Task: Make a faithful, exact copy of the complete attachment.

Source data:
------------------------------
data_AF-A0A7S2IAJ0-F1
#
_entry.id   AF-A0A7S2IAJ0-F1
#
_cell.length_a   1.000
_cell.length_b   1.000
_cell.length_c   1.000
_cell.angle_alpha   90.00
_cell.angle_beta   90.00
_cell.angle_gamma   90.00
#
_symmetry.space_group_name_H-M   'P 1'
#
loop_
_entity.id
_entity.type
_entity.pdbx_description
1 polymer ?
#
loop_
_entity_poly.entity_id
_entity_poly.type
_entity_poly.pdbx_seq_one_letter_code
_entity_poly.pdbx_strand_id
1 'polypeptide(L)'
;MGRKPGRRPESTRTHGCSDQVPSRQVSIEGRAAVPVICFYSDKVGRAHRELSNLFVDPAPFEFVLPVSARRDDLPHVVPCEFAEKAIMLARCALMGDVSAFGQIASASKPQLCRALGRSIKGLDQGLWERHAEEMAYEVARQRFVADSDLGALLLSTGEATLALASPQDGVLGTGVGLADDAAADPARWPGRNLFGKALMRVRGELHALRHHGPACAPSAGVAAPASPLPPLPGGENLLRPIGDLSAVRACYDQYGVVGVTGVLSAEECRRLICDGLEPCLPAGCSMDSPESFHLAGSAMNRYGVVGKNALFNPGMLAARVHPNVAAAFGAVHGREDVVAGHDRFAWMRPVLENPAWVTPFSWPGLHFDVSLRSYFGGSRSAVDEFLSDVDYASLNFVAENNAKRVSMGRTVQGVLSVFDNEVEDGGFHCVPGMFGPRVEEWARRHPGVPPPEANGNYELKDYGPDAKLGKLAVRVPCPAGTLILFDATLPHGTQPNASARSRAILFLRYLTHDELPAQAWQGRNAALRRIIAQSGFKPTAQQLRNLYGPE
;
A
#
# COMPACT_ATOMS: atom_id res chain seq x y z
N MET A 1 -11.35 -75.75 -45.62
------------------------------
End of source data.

data_AF-A0A7S2IAJ0-F1
#
_entry.id   AF-A0A7S2IAJ0-F1
#
_cell.length_a   1.000
_cell.length_b   1.000
_cell.length_c   1.000
_cell.angle_alpha   90.00
_cell.angle_beta   90.00
_cell.angle_gamma   90.00
#
_symmetry.space_group_name_H-M   'P 1'
#
loop_
_entity.id
_entity.type
_entity.pdbx_description
1 polymer ?
#
loop_
_entity_poly.entity_id
_entity_poly.type
_entity_poly.pdbx_seq_one_letter_code
_entity_poly.pdbx_strand_id
1 'polypeptide(L)'
;MGRKPGRRPESTRTHGCSDQVPSRQVSIEGRAAVPVICFYSDKVGRAHRELSNLFVDPAPFEFVLPVSARRDDLPHVVPCEFAEKAIMLARCALMGDVSAFGQIASASKPQLCRALGRSIKGLDQGLWERHAEEMAYEVARQRFVADSDLGALLLSTGEATLALASPQDGVLGTGVGLADDAAADPARWPGRNLFGKALMRVRGELHALRHHGPACAPSAGVAAPASPLPPLPGGENLLRPIGDLSAVRACYDQYGVVGVTGVLSAEECRRLICDGLEPCLPAGCSMDSPESFHLAGSAMNRYGVVGKNALFNPGMLAARVHPNVAAAFGAVHGREDVVAGHDRFAWMRPVLENPAWVTPFSWPGLHFDVSLRSYFGGSRSAVDEFLSDVDYASLNFVAENNAKRVSMGRTVQGVLSVFDNEVEDGGFHCVPGMFGPRVEEWARRHPGVPPPEANGNYELKDYGPDAKLGKLAVRVPCPAGTLILFDATLPHGTQPNASARSRAILFLRYLTHDELPAQAWQGRNAALRRIIAQSGFKPTAQQLRNLYGPE
;
A
#
# COMPACT_ATOMS: atom_id res chain seq x y z
N MET A 1 -11.35 -75.75 -45.62